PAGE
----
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Date: Fri, 11 Feb 2011 16:20:29 -0500
From: Matt Weir <cweir@...edu>
To: john-users@...ts.openwall.com
Cc: mingakore@...il.com
Subject: Crack Me If You Can 2011 (was Wordlists..)

Hey Minga,
    Thanks once again for deciding to run the contest another year!
Considering this will be CMiYC Version 2.0, I'd like to make a couple
of suggestions while the contest is still in the planning stages.

I really appreciated the fact that KoreLogic decided to spice things
up by simulating corporate passwords vs. what we've all see in
web-based password disclosures. I think it spurred a lot of thought
and discussion about the mangling rules that we all use. I'd actually
like to see that taken to the next level with an emphasis on targeting
common corporate password creation policies this year. More
specifically I think it would be neat if the passwords were organized
into groups based on different password creation policies. In
addition, the passwords could be worth different values depending on
which policy they belonged to. For example:

No policy: 1 point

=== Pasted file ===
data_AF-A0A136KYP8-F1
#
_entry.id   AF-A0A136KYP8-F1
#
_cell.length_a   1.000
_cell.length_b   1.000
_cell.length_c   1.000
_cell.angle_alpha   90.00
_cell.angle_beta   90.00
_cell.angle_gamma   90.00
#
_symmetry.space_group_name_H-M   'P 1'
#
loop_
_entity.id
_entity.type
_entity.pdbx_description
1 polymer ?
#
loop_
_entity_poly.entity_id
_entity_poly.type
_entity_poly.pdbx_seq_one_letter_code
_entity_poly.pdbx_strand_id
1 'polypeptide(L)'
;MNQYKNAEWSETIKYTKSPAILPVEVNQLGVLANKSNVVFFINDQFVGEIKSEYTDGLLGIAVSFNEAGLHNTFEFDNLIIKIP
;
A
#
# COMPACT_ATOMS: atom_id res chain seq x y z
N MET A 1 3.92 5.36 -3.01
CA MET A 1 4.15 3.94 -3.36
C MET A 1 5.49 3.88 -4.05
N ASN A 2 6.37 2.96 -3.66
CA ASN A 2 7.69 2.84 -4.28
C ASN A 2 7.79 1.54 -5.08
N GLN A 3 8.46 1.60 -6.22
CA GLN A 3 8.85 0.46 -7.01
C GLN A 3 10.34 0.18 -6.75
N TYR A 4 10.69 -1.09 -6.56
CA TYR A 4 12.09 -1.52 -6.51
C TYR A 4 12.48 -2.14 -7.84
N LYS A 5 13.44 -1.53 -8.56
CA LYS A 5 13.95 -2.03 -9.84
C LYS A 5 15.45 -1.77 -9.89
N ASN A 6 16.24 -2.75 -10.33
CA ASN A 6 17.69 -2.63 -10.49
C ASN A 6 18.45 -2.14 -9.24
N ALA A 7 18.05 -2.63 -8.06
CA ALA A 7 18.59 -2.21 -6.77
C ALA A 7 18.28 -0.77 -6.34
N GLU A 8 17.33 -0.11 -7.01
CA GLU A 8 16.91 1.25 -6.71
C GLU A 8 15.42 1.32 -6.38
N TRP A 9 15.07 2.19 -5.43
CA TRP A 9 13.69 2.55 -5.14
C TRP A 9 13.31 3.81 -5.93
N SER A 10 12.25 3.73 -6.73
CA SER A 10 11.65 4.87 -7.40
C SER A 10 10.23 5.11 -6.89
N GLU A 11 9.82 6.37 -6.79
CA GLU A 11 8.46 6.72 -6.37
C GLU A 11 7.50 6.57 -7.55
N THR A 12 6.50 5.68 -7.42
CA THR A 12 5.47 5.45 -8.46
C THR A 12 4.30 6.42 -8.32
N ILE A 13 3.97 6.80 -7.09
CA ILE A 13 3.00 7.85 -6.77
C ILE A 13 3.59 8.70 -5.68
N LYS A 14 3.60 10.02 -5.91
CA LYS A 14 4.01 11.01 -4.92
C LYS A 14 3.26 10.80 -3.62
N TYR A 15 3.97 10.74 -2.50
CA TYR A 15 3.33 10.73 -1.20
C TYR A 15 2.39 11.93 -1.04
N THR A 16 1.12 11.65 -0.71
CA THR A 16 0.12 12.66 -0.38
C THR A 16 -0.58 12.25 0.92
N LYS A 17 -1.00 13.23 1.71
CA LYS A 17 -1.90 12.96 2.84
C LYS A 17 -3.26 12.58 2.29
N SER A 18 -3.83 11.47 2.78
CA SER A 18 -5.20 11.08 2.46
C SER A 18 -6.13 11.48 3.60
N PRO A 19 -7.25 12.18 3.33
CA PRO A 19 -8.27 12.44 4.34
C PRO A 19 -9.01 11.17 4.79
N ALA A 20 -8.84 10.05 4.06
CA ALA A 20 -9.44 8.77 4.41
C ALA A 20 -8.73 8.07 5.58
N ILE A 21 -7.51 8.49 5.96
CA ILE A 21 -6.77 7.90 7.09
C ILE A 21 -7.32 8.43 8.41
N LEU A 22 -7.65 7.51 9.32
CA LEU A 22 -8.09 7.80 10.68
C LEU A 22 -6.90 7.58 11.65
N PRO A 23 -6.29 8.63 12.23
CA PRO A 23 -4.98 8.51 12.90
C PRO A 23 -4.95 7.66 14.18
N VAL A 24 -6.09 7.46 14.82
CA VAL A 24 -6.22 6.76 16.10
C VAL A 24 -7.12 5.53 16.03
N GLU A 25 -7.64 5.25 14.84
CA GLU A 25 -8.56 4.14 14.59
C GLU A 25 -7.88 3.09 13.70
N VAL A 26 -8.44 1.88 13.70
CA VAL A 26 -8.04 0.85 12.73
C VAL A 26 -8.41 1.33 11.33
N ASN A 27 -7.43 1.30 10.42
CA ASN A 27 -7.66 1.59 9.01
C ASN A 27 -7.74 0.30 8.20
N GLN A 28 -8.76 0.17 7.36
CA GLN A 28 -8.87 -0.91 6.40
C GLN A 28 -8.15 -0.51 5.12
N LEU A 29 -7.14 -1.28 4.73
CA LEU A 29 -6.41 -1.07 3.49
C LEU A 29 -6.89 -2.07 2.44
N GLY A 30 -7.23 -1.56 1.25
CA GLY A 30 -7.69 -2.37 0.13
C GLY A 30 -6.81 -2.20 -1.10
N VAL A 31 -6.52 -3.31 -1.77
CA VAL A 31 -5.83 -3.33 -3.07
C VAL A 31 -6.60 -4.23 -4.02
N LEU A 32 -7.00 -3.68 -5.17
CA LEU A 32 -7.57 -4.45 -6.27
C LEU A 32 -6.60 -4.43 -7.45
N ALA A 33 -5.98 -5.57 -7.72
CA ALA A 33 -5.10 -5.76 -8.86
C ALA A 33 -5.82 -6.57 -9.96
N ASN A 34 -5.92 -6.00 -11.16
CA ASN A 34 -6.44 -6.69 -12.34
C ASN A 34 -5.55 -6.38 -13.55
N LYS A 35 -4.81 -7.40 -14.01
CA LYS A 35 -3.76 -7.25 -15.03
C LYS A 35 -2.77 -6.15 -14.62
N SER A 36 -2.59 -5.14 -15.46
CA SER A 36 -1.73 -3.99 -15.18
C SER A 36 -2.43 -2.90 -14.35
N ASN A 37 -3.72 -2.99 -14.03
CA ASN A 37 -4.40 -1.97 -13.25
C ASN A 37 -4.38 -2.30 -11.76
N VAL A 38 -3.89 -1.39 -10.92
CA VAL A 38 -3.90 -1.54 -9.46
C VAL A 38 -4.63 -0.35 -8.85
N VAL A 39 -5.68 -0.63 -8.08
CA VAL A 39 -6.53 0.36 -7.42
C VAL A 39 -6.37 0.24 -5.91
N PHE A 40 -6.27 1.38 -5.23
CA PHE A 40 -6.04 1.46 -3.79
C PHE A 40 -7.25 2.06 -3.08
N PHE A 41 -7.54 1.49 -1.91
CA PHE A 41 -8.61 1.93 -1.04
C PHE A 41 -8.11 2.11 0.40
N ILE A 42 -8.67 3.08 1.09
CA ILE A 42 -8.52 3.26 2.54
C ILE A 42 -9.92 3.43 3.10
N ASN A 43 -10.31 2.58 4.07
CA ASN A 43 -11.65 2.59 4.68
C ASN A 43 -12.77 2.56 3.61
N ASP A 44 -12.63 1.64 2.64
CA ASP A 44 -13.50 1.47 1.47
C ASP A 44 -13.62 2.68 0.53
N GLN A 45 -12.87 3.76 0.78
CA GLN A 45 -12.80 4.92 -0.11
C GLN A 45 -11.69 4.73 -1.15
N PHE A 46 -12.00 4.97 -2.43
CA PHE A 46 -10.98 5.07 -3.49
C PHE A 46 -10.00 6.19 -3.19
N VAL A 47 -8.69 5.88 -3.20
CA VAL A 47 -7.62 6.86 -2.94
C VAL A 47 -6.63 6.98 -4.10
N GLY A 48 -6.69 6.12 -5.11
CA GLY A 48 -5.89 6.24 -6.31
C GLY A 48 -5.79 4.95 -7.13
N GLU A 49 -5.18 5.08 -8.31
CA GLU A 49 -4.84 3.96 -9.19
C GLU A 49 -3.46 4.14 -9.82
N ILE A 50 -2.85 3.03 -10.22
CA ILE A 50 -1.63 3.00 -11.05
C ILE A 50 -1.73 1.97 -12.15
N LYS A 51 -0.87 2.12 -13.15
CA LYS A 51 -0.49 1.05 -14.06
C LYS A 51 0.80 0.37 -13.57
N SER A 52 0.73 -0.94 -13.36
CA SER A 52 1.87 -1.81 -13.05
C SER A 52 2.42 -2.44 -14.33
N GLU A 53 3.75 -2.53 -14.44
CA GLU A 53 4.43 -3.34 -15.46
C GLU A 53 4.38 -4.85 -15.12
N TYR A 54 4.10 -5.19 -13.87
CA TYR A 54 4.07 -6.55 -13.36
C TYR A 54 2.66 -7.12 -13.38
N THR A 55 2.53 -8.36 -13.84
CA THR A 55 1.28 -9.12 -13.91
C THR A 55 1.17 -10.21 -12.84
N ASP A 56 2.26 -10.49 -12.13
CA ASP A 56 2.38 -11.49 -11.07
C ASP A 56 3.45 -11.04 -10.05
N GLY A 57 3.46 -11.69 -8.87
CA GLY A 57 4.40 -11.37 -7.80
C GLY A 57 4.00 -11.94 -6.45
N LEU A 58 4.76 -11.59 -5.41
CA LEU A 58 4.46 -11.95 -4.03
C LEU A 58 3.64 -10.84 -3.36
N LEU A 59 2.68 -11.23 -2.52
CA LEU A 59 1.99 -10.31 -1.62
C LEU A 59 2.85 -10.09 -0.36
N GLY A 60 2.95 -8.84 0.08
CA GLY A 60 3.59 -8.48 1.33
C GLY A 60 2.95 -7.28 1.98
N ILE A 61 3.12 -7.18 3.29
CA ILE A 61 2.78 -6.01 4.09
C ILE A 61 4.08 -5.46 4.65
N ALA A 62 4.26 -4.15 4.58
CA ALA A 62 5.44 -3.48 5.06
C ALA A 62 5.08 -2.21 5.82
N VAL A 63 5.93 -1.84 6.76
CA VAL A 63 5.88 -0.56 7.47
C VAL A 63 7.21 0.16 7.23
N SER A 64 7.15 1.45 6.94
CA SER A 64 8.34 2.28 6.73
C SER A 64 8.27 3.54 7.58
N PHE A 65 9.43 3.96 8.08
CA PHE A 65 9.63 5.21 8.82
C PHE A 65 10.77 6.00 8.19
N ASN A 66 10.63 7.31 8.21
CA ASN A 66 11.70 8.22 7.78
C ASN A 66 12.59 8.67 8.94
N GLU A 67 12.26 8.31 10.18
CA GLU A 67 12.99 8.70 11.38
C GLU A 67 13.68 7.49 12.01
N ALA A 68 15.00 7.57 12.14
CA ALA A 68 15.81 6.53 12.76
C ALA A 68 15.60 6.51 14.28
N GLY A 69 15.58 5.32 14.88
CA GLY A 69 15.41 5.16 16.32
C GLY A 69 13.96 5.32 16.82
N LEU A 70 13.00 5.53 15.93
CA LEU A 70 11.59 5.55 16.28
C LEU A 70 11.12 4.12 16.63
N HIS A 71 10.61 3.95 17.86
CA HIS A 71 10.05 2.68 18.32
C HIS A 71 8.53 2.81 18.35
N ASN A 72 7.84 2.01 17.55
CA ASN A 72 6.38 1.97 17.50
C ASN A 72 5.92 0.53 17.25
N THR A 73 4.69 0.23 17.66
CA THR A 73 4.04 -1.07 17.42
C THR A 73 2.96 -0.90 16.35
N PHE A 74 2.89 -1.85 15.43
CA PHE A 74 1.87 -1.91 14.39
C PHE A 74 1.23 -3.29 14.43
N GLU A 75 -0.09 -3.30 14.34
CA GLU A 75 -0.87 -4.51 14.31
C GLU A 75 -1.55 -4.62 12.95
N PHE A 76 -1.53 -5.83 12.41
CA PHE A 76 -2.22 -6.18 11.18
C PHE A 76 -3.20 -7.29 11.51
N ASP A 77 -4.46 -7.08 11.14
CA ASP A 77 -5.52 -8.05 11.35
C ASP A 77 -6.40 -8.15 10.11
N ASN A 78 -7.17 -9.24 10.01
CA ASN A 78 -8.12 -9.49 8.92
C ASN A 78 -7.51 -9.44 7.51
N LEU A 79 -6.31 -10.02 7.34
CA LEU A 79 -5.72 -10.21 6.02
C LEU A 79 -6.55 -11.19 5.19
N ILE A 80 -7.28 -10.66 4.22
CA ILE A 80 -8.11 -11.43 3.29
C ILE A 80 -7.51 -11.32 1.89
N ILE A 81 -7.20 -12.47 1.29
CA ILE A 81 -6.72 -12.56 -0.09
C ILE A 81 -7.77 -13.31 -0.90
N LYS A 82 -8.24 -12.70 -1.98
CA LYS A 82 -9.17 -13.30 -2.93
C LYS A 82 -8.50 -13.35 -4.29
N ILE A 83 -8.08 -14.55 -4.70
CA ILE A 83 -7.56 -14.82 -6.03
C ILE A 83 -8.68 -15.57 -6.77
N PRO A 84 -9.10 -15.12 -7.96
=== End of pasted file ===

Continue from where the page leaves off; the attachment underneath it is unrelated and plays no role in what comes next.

8+ chars, at least 1 non-lower alpha: 2 points
7+ chars, 1 of each char type: 4 points
14+ chars, 1 of each char type: 8 points
21+ chars: 16 points.

This would make it worthwhile to target those 21+ character passwords
rather than just focusing on the low hanging fruit. What's more
important though is that I think the results of the contest would be
of interest to the rest of the security community vs just us involved
in password cracking. At Shmoocon, Mudge referenced last year's
contest and talked about how attacking 14 character passwords was
feasible. Let's see how that works out in practice. While it might be
possible that these stronger policies result in uncrackable passwords,
(Hey anything is possible), I think a much more likely outcome is that
the various groups will tear through them.

My other suggestion is that I'd really like to see more information
about the target hashes posted well in advance of the contest. While
there is a lot of excitement in not knowing what you'll find, (much
like a real pen-test), from a tool development perspective it's much
easier to write scripts to target a particular password creation
policy when you haven't been out all night partying in Vegas ;). Keep
the actual hashes secret until the contest starts, but if you released
info such as:

5k NTLM hashes - No policy
5k Sha1 hashes - 8+ chars
5k MD5 hashes - 7+ chars, 1 of each char type
500 Blowfish hashes - created with pwgen
500 NTLM hashes - 21+ chars
...

it would let teams plan their strategies and tune their tools
beforehand. A great example of this, some of the other users on this
list discovered serious weaknesses with pwgen, but not until long
after the contest was competed. If we had a heads up, that would
really spur some last minute tool development and research.

Thanks once again,

Matt Weir

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